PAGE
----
Is China a welfare state? ›

When compared to economically developed countries, China has a relatively weak social welfare system. This isn't to say it is nonexistent; since 2007, China has run one of the world's largest means-tested forms of basic income, known as dibao (short for “minimum livelihood guarantee”).

Why is welfare important to society? ›

Social welfare policy — which guides the government programs that assist people in need — builds on the idea that a government has a responsibility to protect its citizens from harm. According to the principle, a society can thrive only when it provides safeguards for those who face risks to their well-being.

What states don't have welfare? ›

Since 2011, eight states have raised benefits in nominal terms (Colorado, Connecticut, District of Columbia, Nebraska, New Hampshire, New Jersey, New York, and Utah), while four states have cut them (Delaware, Michigan, South Dakota, and Washington).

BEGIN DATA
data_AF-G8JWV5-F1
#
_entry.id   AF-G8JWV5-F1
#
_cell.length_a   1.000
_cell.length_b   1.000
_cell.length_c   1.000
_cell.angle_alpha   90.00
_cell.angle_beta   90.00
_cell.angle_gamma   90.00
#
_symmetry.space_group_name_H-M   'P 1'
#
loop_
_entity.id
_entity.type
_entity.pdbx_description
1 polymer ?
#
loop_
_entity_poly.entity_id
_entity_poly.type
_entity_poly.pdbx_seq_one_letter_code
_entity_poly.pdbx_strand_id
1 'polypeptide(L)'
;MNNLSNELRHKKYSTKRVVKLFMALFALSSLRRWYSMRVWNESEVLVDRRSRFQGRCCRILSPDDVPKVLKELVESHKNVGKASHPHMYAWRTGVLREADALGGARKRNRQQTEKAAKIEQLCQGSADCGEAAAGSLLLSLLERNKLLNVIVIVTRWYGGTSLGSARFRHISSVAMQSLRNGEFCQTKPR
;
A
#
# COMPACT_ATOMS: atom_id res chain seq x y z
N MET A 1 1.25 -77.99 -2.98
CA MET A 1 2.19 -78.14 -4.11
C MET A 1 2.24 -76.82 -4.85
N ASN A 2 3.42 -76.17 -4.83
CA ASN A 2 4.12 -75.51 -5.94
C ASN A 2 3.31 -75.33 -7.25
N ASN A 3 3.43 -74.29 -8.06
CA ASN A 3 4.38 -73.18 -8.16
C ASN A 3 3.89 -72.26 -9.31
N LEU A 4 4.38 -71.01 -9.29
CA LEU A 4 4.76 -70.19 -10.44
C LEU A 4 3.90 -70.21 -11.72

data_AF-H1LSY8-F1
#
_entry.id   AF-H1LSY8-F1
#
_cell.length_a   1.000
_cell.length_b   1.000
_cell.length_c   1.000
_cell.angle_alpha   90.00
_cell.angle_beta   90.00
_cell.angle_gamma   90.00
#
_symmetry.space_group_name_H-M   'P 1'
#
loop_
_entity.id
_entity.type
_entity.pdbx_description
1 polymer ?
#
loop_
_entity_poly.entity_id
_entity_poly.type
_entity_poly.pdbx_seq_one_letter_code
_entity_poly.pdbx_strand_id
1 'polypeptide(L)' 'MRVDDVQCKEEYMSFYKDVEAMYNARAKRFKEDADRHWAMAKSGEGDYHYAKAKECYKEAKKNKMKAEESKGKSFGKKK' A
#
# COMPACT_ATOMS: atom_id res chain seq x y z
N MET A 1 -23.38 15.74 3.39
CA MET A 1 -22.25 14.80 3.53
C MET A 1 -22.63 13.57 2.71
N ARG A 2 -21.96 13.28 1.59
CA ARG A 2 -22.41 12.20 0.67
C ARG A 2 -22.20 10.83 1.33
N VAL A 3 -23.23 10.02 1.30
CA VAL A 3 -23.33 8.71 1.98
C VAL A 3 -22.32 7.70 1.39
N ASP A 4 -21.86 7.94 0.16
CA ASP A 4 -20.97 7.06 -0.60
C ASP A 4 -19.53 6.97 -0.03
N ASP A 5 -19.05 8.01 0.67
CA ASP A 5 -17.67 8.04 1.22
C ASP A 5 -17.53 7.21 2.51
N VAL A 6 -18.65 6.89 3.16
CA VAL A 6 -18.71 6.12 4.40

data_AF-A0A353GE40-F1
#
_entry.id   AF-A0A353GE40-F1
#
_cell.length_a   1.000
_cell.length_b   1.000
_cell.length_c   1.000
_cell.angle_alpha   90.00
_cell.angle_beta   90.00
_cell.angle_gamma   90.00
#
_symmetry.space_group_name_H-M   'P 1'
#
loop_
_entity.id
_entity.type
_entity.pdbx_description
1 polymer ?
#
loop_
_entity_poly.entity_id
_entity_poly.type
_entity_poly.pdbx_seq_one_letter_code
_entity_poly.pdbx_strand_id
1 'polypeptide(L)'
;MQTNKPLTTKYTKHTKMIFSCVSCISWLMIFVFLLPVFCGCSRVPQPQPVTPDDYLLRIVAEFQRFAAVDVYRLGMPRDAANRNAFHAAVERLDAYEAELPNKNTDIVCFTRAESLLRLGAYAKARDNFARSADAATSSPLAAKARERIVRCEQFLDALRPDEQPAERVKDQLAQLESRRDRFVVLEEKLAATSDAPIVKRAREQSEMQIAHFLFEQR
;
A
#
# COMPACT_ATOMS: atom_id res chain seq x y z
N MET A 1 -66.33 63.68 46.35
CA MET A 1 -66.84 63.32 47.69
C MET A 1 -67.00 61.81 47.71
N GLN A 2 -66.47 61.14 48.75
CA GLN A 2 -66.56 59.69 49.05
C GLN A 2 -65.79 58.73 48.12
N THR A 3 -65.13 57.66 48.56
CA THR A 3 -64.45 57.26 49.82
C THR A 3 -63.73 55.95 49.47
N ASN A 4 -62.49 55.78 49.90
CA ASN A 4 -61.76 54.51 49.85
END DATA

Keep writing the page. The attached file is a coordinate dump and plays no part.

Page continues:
What country has the best social welfare system? ›

France remains the country most committed to social benefits, with almost a third of French GDP spent on social services by the government in 2019. Scandinavian countries appear high up on the ranking, with Denmark, Sweden and Norway all spending more than 25%. The OECD average was 20%.

What is the opposite of welfare state? ›

There are no categorical antonyms for welfare state. The noun welfare state is defined as: A social system in which the state takes overall responsibility for the welfare of its citizens, providing health care, education, unemployment compensation and social security.